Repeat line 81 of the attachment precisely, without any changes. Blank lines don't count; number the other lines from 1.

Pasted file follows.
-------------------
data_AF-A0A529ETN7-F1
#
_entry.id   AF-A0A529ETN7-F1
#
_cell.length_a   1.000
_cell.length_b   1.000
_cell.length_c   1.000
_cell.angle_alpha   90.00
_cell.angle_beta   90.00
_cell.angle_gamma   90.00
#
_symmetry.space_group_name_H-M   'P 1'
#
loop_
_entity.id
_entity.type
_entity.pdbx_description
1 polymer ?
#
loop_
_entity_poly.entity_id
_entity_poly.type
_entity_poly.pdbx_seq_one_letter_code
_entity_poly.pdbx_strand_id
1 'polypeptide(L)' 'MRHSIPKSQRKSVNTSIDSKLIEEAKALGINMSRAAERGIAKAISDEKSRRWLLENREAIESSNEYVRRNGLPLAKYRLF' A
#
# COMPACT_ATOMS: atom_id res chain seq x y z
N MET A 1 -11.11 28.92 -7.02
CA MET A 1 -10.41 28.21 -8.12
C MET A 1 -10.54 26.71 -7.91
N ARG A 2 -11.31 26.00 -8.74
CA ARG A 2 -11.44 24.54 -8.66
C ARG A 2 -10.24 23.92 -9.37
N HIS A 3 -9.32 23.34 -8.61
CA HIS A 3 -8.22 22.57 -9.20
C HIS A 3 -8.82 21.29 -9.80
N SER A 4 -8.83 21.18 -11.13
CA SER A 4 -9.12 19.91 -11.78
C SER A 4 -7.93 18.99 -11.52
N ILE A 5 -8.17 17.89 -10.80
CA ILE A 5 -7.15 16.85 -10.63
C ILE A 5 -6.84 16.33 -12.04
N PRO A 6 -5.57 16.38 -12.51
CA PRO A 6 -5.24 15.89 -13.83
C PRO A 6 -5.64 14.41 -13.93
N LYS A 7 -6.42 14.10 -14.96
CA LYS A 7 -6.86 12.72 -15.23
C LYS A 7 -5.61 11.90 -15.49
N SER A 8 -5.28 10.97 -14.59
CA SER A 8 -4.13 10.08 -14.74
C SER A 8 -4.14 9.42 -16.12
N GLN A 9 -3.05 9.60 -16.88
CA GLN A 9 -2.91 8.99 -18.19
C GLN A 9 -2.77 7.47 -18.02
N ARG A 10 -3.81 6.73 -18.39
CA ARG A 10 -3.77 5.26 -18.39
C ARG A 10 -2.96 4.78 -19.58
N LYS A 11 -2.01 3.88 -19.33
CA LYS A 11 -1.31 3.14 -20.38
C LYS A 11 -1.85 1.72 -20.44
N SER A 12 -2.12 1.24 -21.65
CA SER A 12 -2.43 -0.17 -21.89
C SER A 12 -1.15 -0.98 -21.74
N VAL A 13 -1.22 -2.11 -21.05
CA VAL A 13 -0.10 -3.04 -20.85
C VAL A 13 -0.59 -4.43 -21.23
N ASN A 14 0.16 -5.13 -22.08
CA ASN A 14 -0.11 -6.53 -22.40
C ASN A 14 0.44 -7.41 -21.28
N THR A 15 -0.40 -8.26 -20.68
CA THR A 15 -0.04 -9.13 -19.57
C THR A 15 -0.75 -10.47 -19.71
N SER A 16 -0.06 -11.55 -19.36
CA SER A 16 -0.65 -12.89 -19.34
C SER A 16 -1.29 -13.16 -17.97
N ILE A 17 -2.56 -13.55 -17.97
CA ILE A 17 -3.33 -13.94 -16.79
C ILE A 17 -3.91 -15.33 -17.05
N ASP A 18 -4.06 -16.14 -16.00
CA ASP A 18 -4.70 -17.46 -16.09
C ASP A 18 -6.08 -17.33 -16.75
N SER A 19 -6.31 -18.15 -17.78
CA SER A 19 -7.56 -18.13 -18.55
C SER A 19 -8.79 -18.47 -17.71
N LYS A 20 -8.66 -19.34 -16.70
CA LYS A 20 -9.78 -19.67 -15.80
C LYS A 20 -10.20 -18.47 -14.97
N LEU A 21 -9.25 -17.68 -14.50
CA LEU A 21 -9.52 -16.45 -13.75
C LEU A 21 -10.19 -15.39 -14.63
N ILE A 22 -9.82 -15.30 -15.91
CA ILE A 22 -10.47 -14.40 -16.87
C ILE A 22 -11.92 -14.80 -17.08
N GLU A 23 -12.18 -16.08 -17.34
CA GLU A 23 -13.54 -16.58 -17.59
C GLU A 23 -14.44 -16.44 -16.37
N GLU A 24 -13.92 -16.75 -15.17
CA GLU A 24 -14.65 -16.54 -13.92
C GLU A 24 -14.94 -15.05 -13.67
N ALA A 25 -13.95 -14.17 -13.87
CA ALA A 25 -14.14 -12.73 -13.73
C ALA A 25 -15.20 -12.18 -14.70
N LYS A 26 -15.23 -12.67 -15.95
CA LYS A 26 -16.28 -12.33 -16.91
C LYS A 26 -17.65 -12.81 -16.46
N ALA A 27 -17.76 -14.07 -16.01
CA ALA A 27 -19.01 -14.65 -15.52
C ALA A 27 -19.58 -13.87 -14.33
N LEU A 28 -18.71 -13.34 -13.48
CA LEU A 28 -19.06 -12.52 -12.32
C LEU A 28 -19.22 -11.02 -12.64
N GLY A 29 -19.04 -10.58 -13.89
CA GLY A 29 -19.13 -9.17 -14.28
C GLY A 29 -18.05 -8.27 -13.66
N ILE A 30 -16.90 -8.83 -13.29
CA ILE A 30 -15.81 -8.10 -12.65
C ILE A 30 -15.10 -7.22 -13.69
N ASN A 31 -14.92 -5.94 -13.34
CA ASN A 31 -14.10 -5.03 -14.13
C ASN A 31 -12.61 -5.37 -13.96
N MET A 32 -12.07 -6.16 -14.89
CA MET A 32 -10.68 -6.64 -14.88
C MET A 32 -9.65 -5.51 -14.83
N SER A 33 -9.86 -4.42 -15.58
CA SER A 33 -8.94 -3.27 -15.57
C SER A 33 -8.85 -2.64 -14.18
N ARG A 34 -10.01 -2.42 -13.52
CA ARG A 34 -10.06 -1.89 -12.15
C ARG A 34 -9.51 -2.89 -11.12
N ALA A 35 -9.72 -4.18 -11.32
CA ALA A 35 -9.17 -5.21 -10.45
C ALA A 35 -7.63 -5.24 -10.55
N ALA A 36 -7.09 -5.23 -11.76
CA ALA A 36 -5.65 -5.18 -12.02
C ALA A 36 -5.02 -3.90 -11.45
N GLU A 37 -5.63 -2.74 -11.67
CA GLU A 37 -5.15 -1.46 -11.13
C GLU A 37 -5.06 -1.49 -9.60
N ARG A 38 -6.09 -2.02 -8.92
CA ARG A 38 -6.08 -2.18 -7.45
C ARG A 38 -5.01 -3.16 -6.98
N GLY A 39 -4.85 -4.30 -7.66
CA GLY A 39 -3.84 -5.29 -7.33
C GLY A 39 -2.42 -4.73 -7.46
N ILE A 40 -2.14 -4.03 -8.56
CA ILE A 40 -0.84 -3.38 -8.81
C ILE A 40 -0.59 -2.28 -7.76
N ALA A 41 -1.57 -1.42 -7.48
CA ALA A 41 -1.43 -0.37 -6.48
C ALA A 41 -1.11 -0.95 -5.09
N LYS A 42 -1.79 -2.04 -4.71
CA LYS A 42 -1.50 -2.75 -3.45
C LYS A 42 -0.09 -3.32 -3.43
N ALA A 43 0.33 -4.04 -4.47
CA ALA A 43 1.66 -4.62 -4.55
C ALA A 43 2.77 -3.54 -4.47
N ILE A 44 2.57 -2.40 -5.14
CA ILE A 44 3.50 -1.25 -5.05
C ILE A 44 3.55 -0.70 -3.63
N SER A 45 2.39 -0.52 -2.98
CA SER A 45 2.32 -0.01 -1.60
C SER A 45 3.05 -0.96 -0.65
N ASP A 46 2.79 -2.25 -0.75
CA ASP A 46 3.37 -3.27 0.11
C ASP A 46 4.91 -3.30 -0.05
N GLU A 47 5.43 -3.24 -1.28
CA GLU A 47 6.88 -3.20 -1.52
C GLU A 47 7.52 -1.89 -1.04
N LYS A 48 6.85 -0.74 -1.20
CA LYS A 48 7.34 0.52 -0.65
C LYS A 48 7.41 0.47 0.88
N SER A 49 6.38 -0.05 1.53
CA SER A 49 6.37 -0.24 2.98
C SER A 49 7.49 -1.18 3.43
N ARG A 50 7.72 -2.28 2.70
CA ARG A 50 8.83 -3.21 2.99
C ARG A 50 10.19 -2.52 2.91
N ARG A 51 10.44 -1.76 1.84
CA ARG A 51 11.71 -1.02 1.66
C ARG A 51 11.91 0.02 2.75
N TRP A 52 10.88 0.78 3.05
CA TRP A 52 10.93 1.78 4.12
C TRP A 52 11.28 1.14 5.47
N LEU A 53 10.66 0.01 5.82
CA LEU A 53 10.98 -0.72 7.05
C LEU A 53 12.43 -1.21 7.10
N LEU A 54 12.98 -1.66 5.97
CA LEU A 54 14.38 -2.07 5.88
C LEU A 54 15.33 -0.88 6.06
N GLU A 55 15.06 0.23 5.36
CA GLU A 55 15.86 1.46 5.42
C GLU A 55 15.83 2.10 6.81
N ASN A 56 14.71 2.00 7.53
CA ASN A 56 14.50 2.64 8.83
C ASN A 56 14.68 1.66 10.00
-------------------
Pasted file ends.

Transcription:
C ASP A 18 -6.08 -17.33 -16.75